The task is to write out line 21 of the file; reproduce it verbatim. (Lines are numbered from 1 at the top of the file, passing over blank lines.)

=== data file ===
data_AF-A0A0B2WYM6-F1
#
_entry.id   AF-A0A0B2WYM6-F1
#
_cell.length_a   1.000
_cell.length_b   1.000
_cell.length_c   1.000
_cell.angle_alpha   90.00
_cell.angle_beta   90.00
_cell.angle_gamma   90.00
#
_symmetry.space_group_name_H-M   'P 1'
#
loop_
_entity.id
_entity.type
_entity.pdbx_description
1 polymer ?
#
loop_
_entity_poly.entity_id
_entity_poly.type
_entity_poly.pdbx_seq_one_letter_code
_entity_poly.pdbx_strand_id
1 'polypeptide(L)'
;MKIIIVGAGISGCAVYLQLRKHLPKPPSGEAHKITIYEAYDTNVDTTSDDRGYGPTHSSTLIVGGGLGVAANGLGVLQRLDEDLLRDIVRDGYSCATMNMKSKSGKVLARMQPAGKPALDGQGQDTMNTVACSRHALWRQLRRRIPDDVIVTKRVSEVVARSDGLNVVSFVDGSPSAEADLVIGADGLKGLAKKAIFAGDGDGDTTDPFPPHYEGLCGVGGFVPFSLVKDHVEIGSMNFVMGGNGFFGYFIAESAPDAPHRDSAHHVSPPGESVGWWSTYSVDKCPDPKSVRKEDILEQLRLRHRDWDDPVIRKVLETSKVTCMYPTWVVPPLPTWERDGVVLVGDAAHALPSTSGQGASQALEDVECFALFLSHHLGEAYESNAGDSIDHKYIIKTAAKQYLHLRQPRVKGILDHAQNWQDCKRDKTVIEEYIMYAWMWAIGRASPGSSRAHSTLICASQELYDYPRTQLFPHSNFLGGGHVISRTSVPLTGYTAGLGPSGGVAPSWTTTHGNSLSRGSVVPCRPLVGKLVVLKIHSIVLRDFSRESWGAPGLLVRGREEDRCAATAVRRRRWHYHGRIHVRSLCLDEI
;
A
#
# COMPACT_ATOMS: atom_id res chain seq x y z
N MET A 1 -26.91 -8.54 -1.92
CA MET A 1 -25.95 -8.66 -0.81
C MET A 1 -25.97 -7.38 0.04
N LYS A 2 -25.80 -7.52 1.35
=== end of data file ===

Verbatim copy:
_entity_poly.entity_id